Rescue Task Force establishing/maintaining Medical Clinics & medical support projects: Delivering medical teams to remote, deep jungle villages in Honduras and the construction of full service medical and dental clinics that are giving local Moskito Indian villagers their first ever full time medical care.

We also deliver millions of dollars worth of overseas shipping containers filled with wheelchairs, pharmaceuticals, medical and dental equipment to our projects in Cambodia, El Salvador and Honduras. The cargo is donated by manufactures; we pay the freight and oversee the distribution to the end user recipients.

In addition to the clinic construction and water filter teams, throughout the year we field volunteer medical missions deep into the jungles of Honduras. These teams are made up of U.S. and Honduran lay people, doctors, and dentists.

Our first three medical facilities in the jungle of Honduras’ Miskito Coast are completed. After building in Uhsan and Lacunca we pressed further into the jungle to the village area of Sih Honduras, a region on the Coco River that divides Honduras and Nicaragua. Working with the Honduran Ministry of Health we have now completed construction of that facility which brings full time medical service to people who have NEVER had any care, of any sort.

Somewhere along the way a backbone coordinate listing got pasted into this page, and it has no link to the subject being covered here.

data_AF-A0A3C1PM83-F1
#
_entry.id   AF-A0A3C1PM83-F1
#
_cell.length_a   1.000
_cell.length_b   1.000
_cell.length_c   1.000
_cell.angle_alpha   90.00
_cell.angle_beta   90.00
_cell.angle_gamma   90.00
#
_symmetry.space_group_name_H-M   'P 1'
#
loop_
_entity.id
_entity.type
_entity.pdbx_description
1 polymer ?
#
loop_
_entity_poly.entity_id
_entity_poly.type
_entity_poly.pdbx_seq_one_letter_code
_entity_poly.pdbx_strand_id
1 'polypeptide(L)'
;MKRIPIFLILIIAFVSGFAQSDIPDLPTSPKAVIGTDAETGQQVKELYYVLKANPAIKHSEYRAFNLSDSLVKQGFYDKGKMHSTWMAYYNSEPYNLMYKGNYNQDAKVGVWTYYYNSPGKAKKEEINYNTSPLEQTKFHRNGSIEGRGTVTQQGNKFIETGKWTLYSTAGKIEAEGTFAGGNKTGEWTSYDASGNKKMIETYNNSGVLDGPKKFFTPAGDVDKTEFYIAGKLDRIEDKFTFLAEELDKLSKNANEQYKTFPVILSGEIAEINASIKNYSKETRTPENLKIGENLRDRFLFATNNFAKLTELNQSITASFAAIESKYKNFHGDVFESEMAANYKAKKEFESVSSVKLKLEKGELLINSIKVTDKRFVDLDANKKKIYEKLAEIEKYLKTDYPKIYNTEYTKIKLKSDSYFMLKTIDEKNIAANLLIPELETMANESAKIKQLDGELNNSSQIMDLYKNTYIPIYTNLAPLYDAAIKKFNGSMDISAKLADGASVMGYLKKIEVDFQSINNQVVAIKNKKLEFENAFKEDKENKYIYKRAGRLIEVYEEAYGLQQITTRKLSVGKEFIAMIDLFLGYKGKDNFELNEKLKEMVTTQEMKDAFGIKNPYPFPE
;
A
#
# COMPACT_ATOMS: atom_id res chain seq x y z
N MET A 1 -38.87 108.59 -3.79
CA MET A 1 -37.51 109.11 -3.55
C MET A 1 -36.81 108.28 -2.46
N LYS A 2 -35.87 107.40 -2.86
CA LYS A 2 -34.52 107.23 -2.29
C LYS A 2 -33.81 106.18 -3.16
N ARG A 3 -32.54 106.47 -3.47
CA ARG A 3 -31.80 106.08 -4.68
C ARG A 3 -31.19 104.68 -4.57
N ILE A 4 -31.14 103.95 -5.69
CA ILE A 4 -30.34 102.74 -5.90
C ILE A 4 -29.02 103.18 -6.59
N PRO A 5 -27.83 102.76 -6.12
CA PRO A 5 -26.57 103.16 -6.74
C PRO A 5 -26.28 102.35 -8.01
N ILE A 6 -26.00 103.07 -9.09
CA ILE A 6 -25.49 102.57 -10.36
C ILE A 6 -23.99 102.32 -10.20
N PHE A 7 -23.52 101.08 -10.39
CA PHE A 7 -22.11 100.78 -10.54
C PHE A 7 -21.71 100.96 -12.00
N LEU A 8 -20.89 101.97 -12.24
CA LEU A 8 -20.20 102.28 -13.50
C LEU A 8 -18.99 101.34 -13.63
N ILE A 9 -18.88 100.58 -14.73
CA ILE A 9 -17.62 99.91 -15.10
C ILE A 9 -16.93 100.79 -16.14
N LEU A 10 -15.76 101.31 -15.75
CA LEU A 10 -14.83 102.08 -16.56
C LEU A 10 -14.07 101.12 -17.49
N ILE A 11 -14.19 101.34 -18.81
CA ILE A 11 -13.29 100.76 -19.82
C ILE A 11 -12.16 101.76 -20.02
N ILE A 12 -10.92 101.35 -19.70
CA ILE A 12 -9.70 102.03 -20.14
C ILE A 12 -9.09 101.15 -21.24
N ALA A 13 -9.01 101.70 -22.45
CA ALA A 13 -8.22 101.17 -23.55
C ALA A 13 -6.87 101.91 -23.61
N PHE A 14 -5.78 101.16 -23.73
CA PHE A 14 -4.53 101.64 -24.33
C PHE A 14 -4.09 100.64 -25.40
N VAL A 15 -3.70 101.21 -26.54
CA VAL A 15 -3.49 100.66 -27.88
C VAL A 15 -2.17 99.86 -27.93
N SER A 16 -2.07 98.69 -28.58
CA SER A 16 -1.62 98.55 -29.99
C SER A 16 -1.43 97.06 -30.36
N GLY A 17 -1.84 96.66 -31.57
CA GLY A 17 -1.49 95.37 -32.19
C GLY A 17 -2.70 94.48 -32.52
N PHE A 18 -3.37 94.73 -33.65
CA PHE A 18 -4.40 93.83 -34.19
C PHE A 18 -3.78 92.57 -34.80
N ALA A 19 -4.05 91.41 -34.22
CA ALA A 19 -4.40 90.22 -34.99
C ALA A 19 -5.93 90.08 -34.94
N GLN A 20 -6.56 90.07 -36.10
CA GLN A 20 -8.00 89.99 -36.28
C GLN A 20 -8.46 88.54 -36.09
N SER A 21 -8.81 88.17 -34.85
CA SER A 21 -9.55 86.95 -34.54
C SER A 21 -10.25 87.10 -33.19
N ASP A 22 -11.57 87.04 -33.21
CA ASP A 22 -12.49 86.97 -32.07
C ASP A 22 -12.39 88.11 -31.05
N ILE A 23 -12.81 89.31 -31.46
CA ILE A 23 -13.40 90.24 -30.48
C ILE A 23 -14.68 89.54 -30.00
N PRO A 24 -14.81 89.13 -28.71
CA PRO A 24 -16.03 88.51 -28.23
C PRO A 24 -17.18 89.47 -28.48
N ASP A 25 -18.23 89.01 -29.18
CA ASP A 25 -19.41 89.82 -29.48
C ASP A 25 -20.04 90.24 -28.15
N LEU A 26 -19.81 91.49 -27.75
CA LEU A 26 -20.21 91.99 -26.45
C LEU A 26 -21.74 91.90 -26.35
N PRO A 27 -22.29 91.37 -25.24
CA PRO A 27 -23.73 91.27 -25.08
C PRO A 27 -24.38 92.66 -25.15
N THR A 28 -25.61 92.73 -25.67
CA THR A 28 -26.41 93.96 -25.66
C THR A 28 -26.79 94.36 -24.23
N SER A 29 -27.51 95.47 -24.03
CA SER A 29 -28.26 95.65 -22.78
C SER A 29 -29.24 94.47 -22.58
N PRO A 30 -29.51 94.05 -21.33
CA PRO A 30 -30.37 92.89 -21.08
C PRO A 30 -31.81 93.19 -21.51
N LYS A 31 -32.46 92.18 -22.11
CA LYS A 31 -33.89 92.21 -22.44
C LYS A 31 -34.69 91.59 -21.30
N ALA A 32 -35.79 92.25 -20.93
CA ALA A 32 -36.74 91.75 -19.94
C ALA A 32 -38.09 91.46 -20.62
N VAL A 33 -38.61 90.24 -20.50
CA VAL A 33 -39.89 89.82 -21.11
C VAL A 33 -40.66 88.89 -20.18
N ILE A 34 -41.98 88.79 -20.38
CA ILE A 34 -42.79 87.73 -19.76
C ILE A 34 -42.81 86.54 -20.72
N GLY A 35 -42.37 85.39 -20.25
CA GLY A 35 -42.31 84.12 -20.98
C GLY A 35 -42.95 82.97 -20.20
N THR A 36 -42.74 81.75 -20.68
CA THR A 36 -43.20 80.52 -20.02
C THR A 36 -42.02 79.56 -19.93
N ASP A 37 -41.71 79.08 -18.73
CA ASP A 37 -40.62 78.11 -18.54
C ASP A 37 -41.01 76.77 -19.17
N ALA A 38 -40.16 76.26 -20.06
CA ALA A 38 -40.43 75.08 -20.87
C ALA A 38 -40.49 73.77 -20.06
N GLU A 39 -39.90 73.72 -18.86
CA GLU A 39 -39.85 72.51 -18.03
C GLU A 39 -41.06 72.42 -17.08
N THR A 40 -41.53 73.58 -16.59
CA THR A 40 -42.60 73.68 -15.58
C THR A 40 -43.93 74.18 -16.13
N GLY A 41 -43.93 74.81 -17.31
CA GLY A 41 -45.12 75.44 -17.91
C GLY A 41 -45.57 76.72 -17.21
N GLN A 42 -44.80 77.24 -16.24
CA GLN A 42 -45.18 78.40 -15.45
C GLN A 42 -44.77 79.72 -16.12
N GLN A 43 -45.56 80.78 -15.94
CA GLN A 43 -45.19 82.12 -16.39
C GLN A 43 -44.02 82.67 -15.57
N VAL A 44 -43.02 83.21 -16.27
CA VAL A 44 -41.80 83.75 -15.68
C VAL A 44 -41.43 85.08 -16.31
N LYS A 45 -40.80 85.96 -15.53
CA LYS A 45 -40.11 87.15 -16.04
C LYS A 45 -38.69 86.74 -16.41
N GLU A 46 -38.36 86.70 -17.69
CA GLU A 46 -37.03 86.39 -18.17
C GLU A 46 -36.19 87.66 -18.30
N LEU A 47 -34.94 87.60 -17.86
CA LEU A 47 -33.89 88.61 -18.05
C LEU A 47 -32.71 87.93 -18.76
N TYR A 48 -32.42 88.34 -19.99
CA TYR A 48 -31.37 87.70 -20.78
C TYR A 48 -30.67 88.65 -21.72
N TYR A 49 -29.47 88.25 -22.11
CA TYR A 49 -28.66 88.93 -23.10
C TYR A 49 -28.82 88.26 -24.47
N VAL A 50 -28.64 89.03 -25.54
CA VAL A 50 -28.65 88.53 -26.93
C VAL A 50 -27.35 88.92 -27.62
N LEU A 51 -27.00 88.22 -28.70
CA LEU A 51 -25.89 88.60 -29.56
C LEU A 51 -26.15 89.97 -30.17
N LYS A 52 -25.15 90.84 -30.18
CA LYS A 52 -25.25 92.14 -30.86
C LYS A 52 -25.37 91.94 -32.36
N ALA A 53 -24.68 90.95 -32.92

This clinic facility is an International Project in that it also serves about 1,000 people of Nicaragua.

As with our previously constructed clinic sites; this one serves about 2,000 Honduran Miskito Indians. Clinic sites are villages selected by locations that are on river ‘hubs’ and are villages accessible to isolated families with one day travel by dug-out canoe vs. the current six days of paddling canoes to medical help.

A requirement of a given site location is that the local villagers commit to the vast volunteer labor required for construction. RTF provides the finances for the construction. The local populace provides all labor: Harvesting and planing wood for lumber, dredging sand from distant creeks for fabrication of cement blocks and the physical construction.

RTF equips the clinics with mechanical equipment such as hand-crank O.B. tables, dental chairs, furnishings, sinks, and all of the medical instruments and tools. Once all is ready the local Ministry of Health then provides the resident full-time, professional medical staff.

Immediate future projects in La Moskitia, Honduras include construction of the next clinic in concert with the Ministry of Health’s priority list and ‘outfitting’ and equipping two medical clinic facilities that have been constructed by the Government of Honduras, but have no equipment. (“No equipment” means that the facility has only: a roof, four walls, and a wooden chair.)